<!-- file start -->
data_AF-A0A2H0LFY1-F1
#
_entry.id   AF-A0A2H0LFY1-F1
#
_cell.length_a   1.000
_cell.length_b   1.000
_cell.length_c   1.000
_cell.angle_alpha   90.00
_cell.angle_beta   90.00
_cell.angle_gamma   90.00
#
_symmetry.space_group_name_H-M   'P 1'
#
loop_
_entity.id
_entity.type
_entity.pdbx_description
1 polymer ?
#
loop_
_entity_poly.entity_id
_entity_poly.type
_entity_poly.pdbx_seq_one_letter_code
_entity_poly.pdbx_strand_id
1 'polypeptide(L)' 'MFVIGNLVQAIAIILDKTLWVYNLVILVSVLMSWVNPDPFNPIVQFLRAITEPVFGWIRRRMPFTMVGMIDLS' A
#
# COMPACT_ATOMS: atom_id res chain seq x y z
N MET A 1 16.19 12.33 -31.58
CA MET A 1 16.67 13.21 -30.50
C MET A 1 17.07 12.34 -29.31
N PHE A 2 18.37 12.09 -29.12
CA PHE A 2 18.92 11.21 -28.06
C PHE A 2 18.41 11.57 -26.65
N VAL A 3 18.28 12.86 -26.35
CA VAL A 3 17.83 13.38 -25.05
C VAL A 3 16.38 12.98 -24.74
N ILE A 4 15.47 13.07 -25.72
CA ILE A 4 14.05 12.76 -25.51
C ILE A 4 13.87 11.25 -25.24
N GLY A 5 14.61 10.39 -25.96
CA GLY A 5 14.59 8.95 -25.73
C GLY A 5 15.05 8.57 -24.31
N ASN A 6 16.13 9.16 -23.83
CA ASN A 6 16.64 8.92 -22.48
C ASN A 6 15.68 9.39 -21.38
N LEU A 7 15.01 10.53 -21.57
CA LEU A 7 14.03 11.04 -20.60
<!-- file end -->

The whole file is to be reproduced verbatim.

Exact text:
data_AF-A0A2H0LFY1-F1
#
_entry.id   AF-A0A2H0LFY1-F1
#
_cell.length_a   1.000
_cell.length_b   1.000
_cell.length_c   1.000
_cell.angle_alpha   90.00
_cell.angle_beta   90.00
_cell.angle_gamma   90.00
#
_symmetry.space_group_name_H-M   'P 1'
#
loop_
_entity.id
_entity.type
_entity.pdbx_description
1 polymer ?
#
loop_
_entity_poly.entity_id
_entity_poly.type
_entity_poly.pdbx_seq_one_letter_code
_entity_poly.pdbx_strand_id
1 'polypeptide(L)' 'MFVIGNLVQAIAIILDKTLWVYNLVILVSVLMSWVNPDPFNPIVQFLRAITEPVFGWIRRRMPFTMVGMIDLS' A
#
# COMPACT_ATOMS: atom_id res chain seq x y z
N MET A 1 16.19 12.33 -31.58
CA MET A 1 16.67 13.21 -30.50
C MET A 1 17.07 12.34 -29.31
N PHE A 2 18.37 12.09 -29.12
CA PHE A 2 18.92 11.21 -28.06
C PHE A 2 18.41 11.57 -26.65
N VAL A 3 18.28 12.86 -26.35
CA VAL A 3 17.83 13.38 -25.05
C VAL A 3 16.38 12.98 -24.74
N ILE A 4 15.47 13.07 -25.72
CA ILE A 4 14.05 12.76 -25.51
C ILE A 4 13.87 11.25 -25.24
N GLY A 5 14.61 10.39 -25.96
CA GLY A 5 14.59 8.95 -25.73
C GLY A 5 15.05 8.57 -24.31
N ASN A 6 16.13 9.16 -23.83
CA ASN A 6 16.64 8.92 -22.48
C ASN A 6 15.68 9.39 -21.38
N LEU A 7 15.01 10.53 -21.57
CA LEU A 7 14.03 11.04 -20.60